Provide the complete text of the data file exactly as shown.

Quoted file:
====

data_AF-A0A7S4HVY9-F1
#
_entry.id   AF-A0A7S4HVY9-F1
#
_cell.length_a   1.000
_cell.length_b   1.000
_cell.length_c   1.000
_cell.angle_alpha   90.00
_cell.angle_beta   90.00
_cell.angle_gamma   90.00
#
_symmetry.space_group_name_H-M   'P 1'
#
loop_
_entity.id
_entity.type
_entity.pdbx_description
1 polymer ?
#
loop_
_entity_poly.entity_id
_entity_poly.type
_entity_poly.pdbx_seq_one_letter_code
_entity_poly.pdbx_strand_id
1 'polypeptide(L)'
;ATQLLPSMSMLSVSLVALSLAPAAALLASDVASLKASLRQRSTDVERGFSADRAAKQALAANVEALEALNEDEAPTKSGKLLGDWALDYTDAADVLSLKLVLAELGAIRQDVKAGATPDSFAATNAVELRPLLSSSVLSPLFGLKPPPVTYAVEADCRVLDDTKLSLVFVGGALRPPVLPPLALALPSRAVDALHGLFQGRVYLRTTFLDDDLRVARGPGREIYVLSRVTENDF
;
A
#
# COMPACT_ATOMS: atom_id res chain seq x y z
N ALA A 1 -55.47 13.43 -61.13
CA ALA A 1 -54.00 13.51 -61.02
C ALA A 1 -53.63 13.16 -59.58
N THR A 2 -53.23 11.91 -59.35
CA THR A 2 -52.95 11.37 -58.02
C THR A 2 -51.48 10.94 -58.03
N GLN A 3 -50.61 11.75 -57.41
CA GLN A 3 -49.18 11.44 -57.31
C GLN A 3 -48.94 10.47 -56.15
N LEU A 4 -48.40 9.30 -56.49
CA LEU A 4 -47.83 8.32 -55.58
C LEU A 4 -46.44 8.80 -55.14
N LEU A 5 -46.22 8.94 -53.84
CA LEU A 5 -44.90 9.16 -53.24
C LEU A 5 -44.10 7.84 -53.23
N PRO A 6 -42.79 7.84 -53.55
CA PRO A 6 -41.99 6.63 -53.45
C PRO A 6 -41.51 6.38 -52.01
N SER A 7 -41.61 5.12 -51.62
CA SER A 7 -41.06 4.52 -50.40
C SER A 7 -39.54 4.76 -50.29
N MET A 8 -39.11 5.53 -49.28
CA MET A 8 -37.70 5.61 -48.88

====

data_AF-A0A7S4HVY9-F1
#
_entry.id   AF-A0A7S4HVY9-F1
#
_cell.length_a   1.000
_cell.length_b   1.000
_cell.length_c   1.000
_cell.angle_alpha   90.00
_cell.angle_beta   90.00
_cell.angle_gamma   90.00
#
_symmetry.space_group_name_H-M   'P 1'
#
loop_
_entity.id
_entity.type
_entity.pdbx_description
1 polymer ?
#
loop_
_entity_poly.entity_id
_entity_poly.type
_entity_poly.pdbx_seq_one_letter_code
_entity_poly.pdbx_strand_id
1 'polypeptide(L)'
;ATQLLPSMSMLSVSLVALSLAPAAALLASDVASLKASLRQRSTDVERGFSADRAAKQALAANVEALEALNEDEAPTKSGKLLGDWALDYTDAADVLSLKLVLAELGAIRQDVKAGATPDSFAATNAVELRPLLSSSVLSPLFGLKPPPVTYAVEADCRVLDDTKLSLVFVGGALRPPVLPPLALALPSRAVDALHGLFQGRVYLRTTFLDDDLRVARGPGREIYVLSRVTENDF
;
A
#
# COMPACT_ATOMS: atom_id res chain seq x y z
N ALA A 1 -55.47 13.43 -61.13
CA ALA A 1 -54.00 13.51 -61.02
C ALA A 1 -53.63 13.16 -59.58
N THR A 2 -53.23 11.91 -59.35
CA THR A 2 -52.95 11.37 -58.02
C THR A 2 -51.48 10.94 -58.03
N GLN A 3 -50.61 11.75 -57.41
CA GLN A 3 -49.18 11.44 -57.31
C GLN A 3 -48.94 10.47 -56.15
N LEU A 4 -48.40 9.30 -56.49
CA LEU A 4 -47.83 8.32 -55.58
C LEU A 4 -46.44 8.80 -55.14
N LEU A 5 -46.22 8.94 -53.84
CA LEU A 5 -44.90 9.16 -53.24
C LEU A 5 -44.10 7.84 -53.23
N PRO A 6 -42.79 7.84 -53.55
CA PRO A 6 -41.99 6.63 -53.45
C PRO A 6 -41.51 6.38 -52.01
N SER A 7 -41.61 5.12 -51.62
CA SER A 7 -41.06 4.52 -50.40
C SER A 7 -39.54 4.76 -50.29
N MET A 8 -39.11 5.53 -49.28
CA MET A 8 -37.70 5.61 -48.88